Your Uncle Dave can’t even begin to imagine what his life would have been like without having read, starting at age 8, science fiction written by Bradbury and his contemporaries.

Ray Bradbury, whose books took readers on imaginary journeys to the outermost edges of the galaxy without leaving their own back yards, has died at age 91, according to published reports. The author of classic books such as “Fahrenheit 451” and “The Martian Chronicles” was born in Waukegan, Ill, on Aug. 22, 1920, the son of a utility lineman. He was living in Los Angeles at the time of his death, his home for the past several decades.

  1. NewformatSux says:

    What, no post about the Wisconsin recall? This site posted early in the morning, when it looked like the Supreme Court guy was thrown out, saying it was a cautionary tale for other governors.
    Now it looks like governors should feel free to rein in the unions.

    Surely the guy whose book was used for the title of a Michael Moore film would want you to post on both sides, and not disappear one side of the story.

    • ugly, constipated, and mean says:

      There has never been a michael moore film with the same name as a bradbury book.

  2. Jim Nightshade says:

    “The rain continued. It was a hard rain, a perpetual rain, a sweating and steaming rain; it was a mizzle, a downpour, a fountain, a whipping at the eyes, an undertow at the ankles; it was a rain to drown all rains and the memory of rains. It came by the pound and the ton, it hacked at the jungle and cut the trees like scissors and shaved the grass and tunneled the soil and molted the bushes. It shrank men’s hands into the hands of wrinkled apes; it rained a solid glassy rain, and it never stopped.”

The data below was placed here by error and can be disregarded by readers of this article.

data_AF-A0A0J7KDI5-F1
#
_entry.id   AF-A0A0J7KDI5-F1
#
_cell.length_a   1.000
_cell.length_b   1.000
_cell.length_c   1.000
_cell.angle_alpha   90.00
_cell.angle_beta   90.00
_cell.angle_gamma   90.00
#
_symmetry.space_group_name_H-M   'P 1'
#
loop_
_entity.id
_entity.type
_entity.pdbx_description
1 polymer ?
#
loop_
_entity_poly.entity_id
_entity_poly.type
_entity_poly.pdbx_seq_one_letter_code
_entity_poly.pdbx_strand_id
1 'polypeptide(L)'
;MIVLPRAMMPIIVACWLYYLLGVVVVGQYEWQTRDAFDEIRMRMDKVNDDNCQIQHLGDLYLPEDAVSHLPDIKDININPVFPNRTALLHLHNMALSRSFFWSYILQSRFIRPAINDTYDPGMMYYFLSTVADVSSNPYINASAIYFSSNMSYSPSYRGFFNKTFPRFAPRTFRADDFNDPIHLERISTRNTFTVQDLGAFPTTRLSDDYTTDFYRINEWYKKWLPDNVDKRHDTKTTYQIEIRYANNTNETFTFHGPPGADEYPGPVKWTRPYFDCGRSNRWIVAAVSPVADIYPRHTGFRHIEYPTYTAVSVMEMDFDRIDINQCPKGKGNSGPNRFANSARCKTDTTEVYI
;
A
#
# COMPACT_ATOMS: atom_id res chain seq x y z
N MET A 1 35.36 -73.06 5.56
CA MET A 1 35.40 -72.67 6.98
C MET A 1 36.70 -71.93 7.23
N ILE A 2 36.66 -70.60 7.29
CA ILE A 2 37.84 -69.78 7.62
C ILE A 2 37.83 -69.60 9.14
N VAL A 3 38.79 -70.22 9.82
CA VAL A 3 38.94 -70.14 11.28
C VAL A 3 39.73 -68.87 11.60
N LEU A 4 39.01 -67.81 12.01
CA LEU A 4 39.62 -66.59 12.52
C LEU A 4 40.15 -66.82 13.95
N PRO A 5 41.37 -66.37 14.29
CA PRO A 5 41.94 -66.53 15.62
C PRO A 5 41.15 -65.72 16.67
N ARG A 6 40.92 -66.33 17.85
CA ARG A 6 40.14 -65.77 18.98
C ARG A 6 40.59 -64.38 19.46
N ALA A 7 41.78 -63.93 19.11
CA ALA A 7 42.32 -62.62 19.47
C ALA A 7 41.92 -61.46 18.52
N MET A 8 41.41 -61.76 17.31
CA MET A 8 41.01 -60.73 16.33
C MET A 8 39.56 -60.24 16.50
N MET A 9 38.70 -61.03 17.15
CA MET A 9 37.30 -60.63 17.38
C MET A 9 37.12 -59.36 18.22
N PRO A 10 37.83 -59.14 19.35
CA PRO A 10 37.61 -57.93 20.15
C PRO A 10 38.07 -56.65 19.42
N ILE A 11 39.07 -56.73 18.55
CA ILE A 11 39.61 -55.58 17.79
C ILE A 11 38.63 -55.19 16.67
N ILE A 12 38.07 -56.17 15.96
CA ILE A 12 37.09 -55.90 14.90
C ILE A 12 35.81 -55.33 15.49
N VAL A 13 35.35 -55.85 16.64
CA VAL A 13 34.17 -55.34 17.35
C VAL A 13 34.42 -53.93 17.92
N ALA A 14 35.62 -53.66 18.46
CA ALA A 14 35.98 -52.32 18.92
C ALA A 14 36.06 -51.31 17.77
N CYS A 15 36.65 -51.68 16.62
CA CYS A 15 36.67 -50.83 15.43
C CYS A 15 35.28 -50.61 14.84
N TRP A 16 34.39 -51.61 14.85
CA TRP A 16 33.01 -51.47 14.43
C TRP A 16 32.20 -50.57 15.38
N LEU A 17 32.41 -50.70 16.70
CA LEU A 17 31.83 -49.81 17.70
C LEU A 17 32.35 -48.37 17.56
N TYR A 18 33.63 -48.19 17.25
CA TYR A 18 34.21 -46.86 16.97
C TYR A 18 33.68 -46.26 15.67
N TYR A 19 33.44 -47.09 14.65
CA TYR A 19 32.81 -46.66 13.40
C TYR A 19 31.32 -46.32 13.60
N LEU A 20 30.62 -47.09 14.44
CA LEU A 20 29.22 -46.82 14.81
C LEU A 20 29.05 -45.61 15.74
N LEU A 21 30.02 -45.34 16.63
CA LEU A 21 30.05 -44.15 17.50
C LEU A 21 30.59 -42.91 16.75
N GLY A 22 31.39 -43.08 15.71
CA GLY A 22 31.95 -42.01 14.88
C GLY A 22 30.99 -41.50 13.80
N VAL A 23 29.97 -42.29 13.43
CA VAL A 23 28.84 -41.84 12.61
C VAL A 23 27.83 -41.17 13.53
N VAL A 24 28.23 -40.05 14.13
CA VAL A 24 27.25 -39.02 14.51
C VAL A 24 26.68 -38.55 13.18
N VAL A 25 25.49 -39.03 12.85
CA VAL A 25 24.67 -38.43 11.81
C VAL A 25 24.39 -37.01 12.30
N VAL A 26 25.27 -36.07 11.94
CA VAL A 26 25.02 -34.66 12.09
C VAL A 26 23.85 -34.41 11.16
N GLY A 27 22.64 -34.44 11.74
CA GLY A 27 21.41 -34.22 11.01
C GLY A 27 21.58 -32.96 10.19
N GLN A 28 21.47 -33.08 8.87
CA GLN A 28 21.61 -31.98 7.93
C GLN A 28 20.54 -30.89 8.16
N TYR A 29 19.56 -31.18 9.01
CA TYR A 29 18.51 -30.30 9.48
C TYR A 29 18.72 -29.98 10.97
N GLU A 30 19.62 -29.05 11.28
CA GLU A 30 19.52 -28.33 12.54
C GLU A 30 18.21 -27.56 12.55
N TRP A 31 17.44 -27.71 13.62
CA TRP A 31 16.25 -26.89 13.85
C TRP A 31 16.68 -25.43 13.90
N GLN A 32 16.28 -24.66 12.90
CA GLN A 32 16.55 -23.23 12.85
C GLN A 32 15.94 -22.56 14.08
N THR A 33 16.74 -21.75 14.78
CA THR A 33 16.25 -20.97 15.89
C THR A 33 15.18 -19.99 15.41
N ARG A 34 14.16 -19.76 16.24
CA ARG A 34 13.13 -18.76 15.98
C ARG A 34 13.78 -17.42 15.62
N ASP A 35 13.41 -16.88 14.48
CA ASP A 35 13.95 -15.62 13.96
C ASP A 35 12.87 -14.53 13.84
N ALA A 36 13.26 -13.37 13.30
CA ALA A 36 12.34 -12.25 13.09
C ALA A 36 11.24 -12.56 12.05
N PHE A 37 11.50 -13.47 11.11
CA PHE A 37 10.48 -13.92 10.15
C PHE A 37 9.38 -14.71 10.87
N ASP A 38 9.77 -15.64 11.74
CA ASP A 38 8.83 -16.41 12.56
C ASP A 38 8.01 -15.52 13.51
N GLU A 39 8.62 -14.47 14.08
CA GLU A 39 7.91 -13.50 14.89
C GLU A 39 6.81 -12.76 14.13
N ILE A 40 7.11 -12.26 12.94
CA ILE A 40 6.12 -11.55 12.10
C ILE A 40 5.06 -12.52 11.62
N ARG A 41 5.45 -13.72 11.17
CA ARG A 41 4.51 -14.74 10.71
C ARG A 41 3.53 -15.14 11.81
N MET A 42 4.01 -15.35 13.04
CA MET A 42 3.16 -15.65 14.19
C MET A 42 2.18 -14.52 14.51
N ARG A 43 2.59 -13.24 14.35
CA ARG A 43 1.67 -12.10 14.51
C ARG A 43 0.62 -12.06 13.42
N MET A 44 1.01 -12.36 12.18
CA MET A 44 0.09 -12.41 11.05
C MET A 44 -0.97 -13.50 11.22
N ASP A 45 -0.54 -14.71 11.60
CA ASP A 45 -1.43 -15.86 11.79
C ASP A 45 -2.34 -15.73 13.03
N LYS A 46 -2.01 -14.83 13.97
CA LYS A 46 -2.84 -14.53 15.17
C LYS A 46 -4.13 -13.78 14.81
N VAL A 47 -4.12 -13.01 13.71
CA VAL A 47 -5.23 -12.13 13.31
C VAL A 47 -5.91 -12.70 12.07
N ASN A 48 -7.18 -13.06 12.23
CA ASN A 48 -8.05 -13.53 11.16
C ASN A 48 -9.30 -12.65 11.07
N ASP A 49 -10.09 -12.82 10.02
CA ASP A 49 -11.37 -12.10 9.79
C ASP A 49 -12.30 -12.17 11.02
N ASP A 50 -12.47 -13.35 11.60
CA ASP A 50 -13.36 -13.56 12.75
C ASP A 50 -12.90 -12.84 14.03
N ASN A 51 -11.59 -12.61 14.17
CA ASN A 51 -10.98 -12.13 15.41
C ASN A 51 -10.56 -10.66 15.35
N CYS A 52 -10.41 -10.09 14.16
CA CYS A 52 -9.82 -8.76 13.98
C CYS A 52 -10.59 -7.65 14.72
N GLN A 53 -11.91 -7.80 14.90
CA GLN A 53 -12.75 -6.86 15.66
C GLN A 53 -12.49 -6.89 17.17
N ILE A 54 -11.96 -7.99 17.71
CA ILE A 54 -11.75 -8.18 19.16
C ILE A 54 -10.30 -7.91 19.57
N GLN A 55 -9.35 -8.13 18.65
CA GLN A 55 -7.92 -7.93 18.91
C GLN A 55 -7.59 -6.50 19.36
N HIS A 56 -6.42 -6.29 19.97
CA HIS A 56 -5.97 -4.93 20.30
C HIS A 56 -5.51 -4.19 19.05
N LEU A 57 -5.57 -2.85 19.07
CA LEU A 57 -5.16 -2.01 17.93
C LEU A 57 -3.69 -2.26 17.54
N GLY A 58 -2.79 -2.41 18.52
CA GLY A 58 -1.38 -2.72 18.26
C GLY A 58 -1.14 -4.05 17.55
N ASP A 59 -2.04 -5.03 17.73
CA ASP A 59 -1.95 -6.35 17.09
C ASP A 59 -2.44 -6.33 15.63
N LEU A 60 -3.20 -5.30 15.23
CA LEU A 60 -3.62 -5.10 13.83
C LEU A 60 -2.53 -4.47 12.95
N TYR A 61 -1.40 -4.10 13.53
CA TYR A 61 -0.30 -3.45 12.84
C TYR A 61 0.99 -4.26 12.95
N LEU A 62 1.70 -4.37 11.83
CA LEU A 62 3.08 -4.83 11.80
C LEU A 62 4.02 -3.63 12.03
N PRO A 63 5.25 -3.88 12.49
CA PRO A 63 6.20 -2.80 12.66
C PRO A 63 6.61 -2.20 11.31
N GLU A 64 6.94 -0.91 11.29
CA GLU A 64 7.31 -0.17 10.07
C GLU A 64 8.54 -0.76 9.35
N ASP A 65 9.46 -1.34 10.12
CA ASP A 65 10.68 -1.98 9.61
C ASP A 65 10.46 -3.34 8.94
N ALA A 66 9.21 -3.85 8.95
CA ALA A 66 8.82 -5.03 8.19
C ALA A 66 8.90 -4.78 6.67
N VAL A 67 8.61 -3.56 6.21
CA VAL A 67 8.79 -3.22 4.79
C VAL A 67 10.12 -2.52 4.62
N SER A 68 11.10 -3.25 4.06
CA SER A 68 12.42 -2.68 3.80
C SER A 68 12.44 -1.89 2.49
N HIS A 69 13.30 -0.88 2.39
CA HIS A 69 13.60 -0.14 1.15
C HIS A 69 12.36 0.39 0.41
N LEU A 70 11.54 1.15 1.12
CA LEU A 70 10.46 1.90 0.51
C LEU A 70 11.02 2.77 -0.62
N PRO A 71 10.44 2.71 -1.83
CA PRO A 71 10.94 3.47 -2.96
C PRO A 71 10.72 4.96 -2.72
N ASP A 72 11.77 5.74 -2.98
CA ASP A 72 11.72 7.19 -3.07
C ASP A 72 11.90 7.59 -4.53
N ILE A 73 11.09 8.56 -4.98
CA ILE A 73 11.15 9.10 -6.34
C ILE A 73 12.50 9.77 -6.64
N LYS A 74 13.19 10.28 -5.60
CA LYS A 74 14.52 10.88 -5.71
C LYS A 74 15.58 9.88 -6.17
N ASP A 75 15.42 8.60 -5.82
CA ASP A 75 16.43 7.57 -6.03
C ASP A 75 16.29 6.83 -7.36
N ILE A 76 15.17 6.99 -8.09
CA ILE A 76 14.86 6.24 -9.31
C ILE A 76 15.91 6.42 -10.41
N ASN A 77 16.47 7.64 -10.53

3. Dallas says:

    RIP. I’m sure sales of his writings will increase. I plan on reading the Illustrated Man.

  4. blatherer says:

    I think I read about everything he wrote in the SciFi genre starting at around 8 or 9.

    A true legend, RIP.

  5. Buzz Mega says:

    Ray was an interesting guy in other ways, too. He liked to go out to bars with younger fans. About 30 years ago we went out drinking with a bunch of students in LA, and darned if he didn’t end up cozy with the top looker.

    • ugly, constipated, and mean says:

      I got to be drinking buddies with James P Hogan a few years back. I wrote him some kind of email and by weird (weird weird) coincidence it turned out that he just lived a couple of blocks away from me. I offered to buy him a beer and we ended up doing that regularly.

      I eventually pissed him off by telling one too many irish jokes, but that’s another story.

      • bobbo, the pragmatic existential evangelical anti-theist and Jr Culture Critic says:

        Ha. That is an irritating quality in the Irish. All smug about themselves telling the best stories and jokes. Who wouldn’t get pissed off?

        Went to a recreation of Plymouth Rock Settlement or some such and wifey asked one of the players if they ate food with knives and forks and the character roared with feigned disgust: “Of course we eat with knives and forks, there be no Irish here.”

        I thought that was amusing on several levels.

  6. Jim Nightshade says:

    “If we listened to our intellect, we’d never have a love affair. We’d never have a friendship. We’d never go into business, because we’d be cynical. Well, that’s nonsense. You’ve got to jump off cliffs all the time and build your wings on the way down.”

  7. Jim Nightshade says:

    “There are worse crimes than burning books. One of them is not reading them.”

  8. NewformatSux says: